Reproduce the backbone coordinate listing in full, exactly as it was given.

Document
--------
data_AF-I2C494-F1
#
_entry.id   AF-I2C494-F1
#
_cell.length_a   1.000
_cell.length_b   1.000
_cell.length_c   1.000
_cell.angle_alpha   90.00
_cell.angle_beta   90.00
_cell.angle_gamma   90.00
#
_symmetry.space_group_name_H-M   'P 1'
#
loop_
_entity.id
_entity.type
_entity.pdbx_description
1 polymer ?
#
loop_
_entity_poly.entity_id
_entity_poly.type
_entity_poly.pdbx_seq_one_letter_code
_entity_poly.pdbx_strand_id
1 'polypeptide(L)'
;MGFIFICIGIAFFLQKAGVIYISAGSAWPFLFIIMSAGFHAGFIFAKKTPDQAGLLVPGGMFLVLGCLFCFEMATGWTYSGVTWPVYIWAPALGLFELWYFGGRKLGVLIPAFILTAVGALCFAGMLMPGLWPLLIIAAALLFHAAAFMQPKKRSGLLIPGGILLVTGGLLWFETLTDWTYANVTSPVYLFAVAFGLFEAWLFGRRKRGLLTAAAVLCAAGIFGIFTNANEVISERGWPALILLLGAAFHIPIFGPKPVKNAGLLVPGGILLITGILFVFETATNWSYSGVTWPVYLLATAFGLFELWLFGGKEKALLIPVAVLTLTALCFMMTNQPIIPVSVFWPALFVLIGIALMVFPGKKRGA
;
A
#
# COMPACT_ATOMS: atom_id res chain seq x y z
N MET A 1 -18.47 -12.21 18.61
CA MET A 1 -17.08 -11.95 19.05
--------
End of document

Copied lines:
data_AF-I2C494-F1
#
_entry.id   AF-I2C494-F1
#
_cell.length_a   1.000
_cell.length_b   1.000
_cell.length_c   1.000
_cell.angle_alpha   90.00
_cell.angle_beta   90.00
_cell.angle_gamma   90.00
#
_symmetry.space_group_name_H-M   'P 1'
#
loop_
_entity.id
_entity.type
_entity.pdbx_description
1 polymer ?
#
loop_
_entity_poly.entity_id
_entity_poly.type
_entity_poly.pdbx_seq_one_letter_code
_entity_poly.pdbx_strand_id
1 'polypeptide(L)'
;MGFIFICIGIAFFLQKAGVIYISAGSAWPFLFIIMSAGFHAGFIFAKKTPDQAGLLVPGGMFLVLGCLFCFEMATGWTYSGVTWPVYIWAPALGLFELWYFGGRKLGVLIPAFILTAVGALCFAGMLMPGLWPLLIIAAALLFHAAAFMQPKKRSGLLIPGGILLVTGGLLWFETLTDWTYANVTSPVYLFAVAFGLFEAWLFGRRKRGLLTAAAVLCAAGIFGIFTNANEVISERGWPALILLLGAAFHIPIFGPKPVKNAGLLVPGGILLITGILFVFETATNWSYSGVTWPVYLLATAFGLFELWLFGGKEKALLIPVAVLTLTALCFMMTNQPIIPVSVFWPALFVLIGIALMVFPGKKRGA
;
A
#
# COMPACT_ATOMS: atom_id res chain seq x y z
N MET A 1 -18.47 -12.21 18.61
CA MET A 1 -17.08 -11.95 19.05